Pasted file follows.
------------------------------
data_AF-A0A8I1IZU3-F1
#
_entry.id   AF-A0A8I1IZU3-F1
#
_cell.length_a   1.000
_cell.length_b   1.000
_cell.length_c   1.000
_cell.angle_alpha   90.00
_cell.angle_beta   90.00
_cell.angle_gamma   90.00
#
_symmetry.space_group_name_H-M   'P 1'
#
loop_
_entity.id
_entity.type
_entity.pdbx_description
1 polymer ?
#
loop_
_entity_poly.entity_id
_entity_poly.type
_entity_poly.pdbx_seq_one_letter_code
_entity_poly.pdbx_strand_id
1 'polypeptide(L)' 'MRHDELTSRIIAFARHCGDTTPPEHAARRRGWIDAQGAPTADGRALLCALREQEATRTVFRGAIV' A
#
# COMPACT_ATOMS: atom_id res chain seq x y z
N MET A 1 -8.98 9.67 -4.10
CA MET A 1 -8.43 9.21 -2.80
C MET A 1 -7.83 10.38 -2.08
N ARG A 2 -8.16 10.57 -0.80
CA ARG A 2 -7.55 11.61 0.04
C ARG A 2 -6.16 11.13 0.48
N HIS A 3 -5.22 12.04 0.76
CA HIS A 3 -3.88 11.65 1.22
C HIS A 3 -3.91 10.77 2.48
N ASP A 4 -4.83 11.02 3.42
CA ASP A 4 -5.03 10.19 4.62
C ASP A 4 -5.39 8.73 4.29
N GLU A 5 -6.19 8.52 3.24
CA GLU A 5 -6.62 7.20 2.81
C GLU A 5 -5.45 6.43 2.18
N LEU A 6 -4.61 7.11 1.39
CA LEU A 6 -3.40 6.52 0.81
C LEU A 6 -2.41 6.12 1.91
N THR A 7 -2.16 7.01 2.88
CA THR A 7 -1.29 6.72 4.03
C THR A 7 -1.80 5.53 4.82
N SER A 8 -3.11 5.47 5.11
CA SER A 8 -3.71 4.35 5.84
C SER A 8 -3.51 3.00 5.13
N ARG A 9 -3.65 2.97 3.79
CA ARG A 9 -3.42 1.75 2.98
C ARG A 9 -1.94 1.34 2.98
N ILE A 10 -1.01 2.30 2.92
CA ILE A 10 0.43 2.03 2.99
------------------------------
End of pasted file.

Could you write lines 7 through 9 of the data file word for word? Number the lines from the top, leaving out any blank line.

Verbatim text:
_cell.length_c   1.000
_cell.angle_alpha   90.00
_cell.angle_beta   90.00